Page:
The clergy is predominantly male, younger and less educated, with 30% of them having a master’s degree in theology, compared to 47% of the evangelical clergy.
Meanwhile, those in the pews of nondenominational churches are younger and tend to have more college degrees than those in an evangelical church.
Thumma said non-denominational churches are also more racially diverse.
“This multiracial reality is an intentional commitment for many nondenominational churches,” he explained, noting that when asked in the FACT study, 48% of congregations “strongly agreed” that they are strived to be racially, ethnically and ethnically diverse. socially, compared to 21% of denominational evangelical churches.
After trying out various churches, Savannah Tranchell recently started attending The Vine Church in Pasco, Washington, with her husband and nine-year-old son and said the congregation is more diverse than others they’ve visited.
Her husband grew up in The Church of Jesus Christ of Latter-day Saints, and she has described her childhood religion as “adjacent Baptist.”
They were looking for a Christian church but had trouble finding one that suited them.
“We tried Nazarene, ELCA, a gender-affirming church, and what we found was that denominational churches are almost archaic with hymns, no electronics,” she said.
The Vine is a mix of modern and acoustic worship.
Most non-denominational churches describe their worship as “innovative”, with the majority having informal services with projection screens and contemporary music.
Besides the music, Tranchell said the nondenominational church is appealing because the community has “local control over what matters to you, not your home office.”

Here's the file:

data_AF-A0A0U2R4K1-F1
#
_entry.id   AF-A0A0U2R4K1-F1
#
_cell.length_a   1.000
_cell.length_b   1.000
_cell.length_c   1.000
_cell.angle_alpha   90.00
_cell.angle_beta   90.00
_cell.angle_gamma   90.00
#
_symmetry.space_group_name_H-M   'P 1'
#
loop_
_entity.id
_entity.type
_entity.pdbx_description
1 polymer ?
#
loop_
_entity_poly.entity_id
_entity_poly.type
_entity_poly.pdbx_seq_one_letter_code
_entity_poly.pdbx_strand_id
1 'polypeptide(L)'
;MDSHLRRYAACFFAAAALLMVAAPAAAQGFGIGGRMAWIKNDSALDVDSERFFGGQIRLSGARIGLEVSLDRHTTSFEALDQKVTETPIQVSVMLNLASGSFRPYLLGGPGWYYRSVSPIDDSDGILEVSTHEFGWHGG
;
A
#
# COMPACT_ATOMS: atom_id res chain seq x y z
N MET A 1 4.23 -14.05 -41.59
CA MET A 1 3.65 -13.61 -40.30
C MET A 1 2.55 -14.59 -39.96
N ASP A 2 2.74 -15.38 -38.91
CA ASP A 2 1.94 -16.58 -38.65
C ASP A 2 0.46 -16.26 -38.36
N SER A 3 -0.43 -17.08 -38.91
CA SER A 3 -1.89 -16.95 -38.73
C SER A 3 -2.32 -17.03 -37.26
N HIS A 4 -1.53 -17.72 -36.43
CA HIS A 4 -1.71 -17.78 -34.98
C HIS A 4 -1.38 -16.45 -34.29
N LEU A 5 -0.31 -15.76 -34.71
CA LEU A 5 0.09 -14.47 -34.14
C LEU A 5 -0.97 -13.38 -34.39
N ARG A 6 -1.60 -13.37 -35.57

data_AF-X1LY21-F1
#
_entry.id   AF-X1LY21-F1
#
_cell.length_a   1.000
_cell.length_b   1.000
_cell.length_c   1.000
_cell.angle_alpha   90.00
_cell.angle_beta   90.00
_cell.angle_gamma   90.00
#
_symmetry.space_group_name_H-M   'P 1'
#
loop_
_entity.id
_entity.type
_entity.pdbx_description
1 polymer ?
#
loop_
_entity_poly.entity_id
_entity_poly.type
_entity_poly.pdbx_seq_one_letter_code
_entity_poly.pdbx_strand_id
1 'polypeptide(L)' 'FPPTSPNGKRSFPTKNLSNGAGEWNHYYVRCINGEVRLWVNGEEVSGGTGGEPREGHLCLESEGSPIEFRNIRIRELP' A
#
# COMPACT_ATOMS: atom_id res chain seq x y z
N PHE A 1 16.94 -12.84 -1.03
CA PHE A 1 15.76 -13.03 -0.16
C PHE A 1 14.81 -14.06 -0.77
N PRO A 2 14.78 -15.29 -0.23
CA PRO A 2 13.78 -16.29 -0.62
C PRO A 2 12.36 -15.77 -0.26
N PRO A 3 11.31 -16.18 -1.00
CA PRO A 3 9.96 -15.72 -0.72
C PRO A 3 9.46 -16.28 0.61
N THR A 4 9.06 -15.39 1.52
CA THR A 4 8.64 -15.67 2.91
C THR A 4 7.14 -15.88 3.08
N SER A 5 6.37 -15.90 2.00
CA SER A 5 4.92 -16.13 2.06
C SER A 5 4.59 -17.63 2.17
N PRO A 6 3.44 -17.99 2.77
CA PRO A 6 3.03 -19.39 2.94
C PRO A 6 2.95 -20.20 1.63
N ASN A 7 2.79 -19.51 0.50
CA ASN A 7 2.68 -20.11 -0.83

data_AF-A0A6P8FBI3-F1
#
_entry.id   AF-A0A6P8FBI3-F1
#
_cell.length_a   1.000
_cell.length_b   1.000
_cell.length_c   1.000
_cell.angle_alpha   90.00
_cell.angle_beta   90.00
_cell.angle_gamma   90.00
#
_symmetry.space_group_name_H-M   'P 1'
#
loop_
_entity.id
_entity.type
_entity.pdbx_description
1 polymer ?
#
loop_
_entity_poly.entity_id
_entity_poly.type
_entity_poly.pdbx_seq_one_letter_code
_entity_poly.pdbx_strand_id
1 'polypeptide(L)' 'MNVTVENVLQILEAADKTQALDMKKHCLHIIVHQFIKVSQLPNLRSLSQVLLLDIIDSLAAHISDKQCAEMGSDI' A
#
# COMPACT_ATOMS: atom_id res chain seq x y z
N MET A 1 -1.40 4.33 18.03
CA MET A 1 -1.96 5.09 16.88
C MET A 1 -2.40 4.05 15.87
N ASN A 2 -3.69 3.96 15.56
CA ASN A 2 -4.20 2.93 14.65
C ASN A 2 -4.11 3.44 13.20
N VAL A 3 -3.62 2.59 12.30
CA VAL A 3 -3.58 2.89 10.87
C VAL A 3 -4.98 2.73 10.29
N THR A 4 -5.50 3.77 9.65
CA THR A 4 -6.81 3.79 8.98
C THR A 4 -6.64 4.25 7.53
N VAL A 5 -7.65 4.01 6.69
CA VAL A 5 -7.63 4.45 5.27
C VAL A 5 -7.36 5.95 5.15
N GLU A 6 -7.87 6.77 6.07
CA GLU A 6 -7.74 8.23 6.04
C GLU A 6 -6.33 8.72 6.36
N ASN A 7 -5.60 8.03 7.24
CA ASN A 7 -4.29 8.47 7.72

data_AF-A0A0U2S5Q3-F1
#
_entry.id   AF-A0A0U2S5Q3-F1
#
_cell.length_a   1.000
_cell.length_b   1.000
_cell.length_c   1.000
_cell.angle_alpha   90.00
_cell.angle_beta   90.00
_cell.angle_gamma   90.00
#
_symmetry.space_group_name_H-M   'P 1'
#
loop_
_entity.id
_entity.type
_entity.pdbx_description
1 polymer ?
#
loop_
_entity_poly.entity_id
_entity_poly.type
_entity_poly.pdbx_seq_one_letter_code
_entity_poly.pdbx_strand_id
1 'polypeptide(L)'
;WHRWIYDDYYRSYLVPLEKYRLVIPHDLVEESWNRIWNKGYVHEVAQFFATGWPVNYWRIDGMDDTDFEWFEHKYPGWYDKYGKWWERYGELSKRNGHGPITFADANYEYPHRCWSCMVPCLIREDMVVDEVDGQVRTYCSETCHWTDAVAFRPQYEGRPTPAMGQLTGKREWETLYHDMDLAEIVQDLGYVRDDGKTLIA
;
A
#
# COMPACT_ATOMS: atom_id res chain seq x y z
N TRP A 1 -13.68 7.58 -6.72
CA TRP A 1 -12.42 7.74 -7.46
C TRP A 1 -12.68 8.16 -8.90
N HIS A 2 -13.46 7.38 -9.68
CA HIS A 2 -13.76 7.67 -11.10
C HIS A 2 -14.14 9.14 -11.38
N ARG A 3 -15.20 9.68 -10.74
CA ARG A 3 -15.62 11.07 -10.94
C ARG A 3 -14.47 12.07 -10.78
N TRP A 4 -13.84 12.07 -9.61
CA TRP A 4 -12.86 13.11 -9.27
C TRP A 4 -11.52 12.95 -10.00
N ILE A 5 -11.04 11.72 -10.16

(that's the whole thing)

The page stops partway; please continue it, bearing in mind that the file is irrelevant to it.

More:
She added that many major religions seem to be steeped in values that don’t necessarily reflect community.
At first, Tranchell found a larger evangelical church that her family attended for a time, but it seemed too big and too conservative.
Tranchell said The Vine, which has around 100 attendees, is egalitarian. The church is led by a husband and wife team who share leadership equally.
“Men and women are equal in sight… They teach together every Sunday. We thought that was really cool,” she said.
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In the few months she was there, she said she saw other new families join as well.
Thumma said in his research that he also discovered that many denominational churches were beginning to break away from their affiliations.
“This increase in the number of congregations openly asserting their independence is just the tip of the iceberg. I argue that a large number of denominational churches have also become functionally non-denominational,” he said.
According to a 2015 FACT survey, 2.3% of churches said they had become independent in the previous 10 years, and another 0.5% had “seriously considered” it.
“That’s over 8,000 becoming non-denominational and almost 2,000 more considering the change,” Thumma explained.
He said this is largely because decisions about resources, literature, teaching materials, worship music, mission, what to support and other issues are more moreover taken at the local level rather than at the headquarters of the denomination.
“Authority for the life of the denominational church becomes housed within the church itself with less regard for the authority of the larger body, the external entity,” he said. “More churches operate as if they were isolated entities with less respect for conference ministers, bishops or denominational statements, rules, literature and materials, etc.”
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Thummas calls this the post-denominational era and says the ground is eroding for denominational identities.
Census data could confirm his speculation, as many traditions are in decline, such as the United Methodist Church and Southern Baptists, which both dropped by about two million adherents from 2010 to 2020.